Best practices for managing test data

I'm currently trying to work out how to best manage data for integration tests, and I'm wondering if it's a "solved" problem, or one for which there is community consensus?

I have an application + library that processes audio files, and I would like to be able to run tests with example audio workloads. I've struggled so far to find a neat solution. So far, I have tried and been unsiatisfired with:

  • git-lfs to store test data in a data subdirectory
  • downloading data in a cargo build script

The former makes it slow to check out the code, while the latter is brittle and does not guarantee a coupling between the data being present, and the test that requires it.

Are there any better options?

1 Like

Not sure about better, but here are some ideas:

  • Generate the audio files
    Can this generate realistic data? not sure :confused:

  • Store the test data in a separate repository, and download just the latest revision when cloning (maybe git submodules do this, I haven't confirmed but they might)
    This is kind of a mix between the two options you've mentioned — download during cloning, but not all of the data, and has the added benefit of versioning the data with the code.


It depends on what sort of audio files are expected and processed by the application. If you for example are analyzing music which consists of human singing and the application is checking for things like that, it will be difficult. Audio files with speech will also be difficult.

If you want to test simpler things you could use markov chains and randomly generate some midi perhaps. You can then use GitHub - proptest-rs/proptest: Hypothesis-like property testing for Rust to facilitate the testing and shrinking.

I wouldn't recommend this. It is better to keep tests as "offline" as possible. You don't want a test failing due to a download failure.

Thanks for suggestions, all.

@azriel91 -- unfortunately generating the audio files is out of the question for me, as my library is designed to search for/detect features in real-world audio data, the nature of which artificial tests would not be able to replicate.

Using a git sub-module might be an option. As they are audio files, though, they tend to be quite large. I suppose that might not be so much of a problem if they don't ever change though!

@dylan.dpc -- I completely agree that downloading in a cargo script is non optimal, that's why I posed the question :wink: I also agree that a test failing due to a download failure is unacceptable. Ideally, I'm looking for a solution that allows me to encode something like the following vague pseudo-code:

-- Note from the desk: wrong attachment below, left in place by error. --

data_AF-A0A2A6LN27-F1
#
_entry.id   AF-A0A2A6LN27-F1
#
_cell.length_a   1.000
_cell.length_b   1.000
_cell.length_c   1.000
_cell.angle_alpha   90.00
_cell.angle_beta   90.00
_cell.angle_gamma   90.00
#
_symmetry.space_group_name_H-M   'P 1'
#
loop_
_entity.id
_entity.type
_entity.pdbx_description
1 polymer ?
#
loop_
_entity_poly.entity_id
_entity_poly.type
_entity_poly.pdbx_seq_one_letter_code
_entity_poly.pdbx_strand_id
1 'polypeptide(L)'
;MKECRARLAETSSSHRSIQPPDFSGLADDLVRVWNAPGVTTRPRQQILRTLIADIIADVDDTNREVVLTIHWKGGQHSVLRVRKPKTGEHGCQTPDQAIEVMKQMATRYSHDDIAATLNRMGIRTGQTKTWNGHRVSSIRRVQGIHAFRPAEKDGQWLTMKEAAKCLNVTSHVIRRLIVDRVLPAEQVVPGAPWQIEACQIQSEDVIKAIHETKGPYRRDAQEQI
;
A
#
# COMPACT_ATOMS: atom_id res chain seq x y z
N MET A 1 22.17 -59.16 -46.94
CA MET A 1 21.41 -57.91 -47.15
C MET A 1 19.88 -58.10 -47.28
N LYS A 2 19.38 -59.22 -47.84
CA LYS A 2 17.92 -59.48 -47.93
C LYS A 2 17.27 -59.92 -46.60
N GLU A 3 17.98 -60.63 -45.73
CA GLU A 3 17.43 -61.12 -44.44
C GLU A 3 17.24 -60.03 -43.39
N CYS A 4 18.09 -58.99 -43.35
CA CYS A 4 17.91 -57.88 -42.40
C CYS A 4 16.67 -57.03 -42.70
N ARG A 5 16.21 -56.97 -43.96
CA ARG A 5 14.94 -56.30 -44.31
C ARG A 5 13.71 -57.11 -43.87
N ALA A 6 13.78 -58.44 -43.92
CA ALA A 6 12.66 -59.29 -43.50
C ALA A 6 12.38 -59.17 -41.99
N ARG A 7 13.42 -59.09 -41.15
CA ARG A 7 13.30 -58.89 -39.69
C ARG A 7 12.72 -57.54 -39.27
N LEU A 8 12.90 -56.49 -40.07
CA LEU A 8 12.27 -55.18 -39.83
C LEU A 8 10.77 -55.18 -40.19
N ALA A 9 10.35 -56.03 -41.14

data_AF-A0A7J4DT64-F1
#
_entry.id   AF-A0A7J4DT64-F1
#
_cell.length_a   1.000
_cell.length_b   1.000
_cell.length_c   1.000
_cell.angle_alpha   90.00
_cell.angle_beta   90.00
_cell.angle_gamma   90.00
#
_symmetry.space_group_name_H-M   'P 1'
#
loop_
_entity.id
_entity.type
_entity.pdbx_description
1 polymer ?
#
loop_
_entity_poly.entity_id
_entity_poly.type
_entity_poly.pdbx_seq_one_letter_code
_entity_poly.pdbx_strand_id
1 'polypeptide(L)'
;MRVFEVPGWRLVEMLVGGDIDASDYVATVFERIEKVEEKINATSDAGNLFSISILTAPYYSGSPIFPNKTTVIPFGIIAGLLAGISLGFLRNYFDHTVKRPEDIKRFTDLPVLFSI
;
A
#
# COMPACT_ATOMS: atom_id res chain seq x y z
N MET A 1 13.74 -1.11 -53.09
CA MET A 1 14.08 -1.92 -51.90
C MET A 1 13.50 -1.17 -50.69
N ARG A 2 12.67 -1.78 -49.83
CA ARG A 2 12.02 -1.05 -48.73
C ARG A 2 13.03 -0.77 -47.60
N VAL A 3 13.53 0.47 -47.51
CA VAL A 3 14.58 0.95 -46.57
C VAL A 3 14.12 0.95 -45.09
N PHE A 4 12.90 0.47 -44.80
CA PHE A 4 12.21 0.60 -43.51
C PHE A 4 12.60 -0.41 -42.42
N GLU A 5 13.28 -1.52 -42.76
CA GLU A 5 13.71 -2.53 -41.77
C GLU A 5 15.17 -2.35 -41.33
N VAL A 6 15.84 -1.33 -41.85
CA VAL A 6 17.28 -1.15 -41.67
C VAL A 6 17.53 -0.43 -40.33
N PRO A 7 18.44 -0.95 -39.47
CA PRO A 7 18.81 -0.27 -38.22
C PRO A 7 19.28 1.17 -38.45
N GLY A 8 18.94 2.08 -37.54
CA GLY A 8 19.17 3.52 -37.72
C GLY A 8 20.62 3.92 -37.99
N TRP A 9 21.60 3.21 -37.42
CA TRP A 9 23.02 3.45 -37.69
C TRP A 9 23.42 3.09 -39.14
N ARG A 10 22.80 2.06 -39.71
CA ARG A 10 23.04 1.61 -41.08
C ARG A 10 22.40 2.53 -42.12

if data driven tests enabled: 
    for each test in tests:
        let data = download_data()
        if data = failure: 
            skip test
            run_test(test, data)

Using cargo or another tool (e.g. git) to download data outside of the testing environment essentially lifts the download_data() call into a separate loop, rather than integration the testing acquisition into the testing environment.

Maybe a better question would be, does rust have any testing environments that support something like the pseudo-code above?

Another piece of information that might be useful for others who find this thread in the future. There are plans afoot for Rust to support a greater range of test frameworks, which might somewhat solve the problem I pose here. There are more details in this blog post, and the linked RFC:

you can store some pre-generated audio files in the tests folder and use the same files on every build.

Unfortunately, the files are really quite big (on the order of 100mb for some), so I'm loathe to include them in git. I've had a play with git-lfs, with some success, but cheap git-lfs hosts are not plentiful.

The files are also publicly available in a very script friendly way, so I'd rather not (essentially) re-host them myself.

I agree with you that you cannot accept a solution that makes the project slow to check out your project code. I cant support downloading data in a cargo build script even with a conditional that the build is a test build.

Integration tests are for many projects essential to avoid work, for some projects having integration tests that require large amounts of data, are essential. For such projects you need to start a separate git repository for your integration tests, and your original project contain only unit tests. Cargo and Cargo users expect in published crates only unit tests. But don't forget if you are writing a product to depend upon, for me as a user I expect the author to know it works, and as such correctly maintaining your Integration tests is a real work saver.

So now you have 2 git repos, and you still don't have anywhere to store your test data! Lets get some specs I want:

  1. Acts as a “Content Addressable Storage” system.
  2. Easy to host data for distributing data locally in public and private environment.
  3. Minimal download for updates.
  4. Easy to cache.

I suspect ostree is a good solution. I have not researched git-lfs to see if it matches all of my requirements.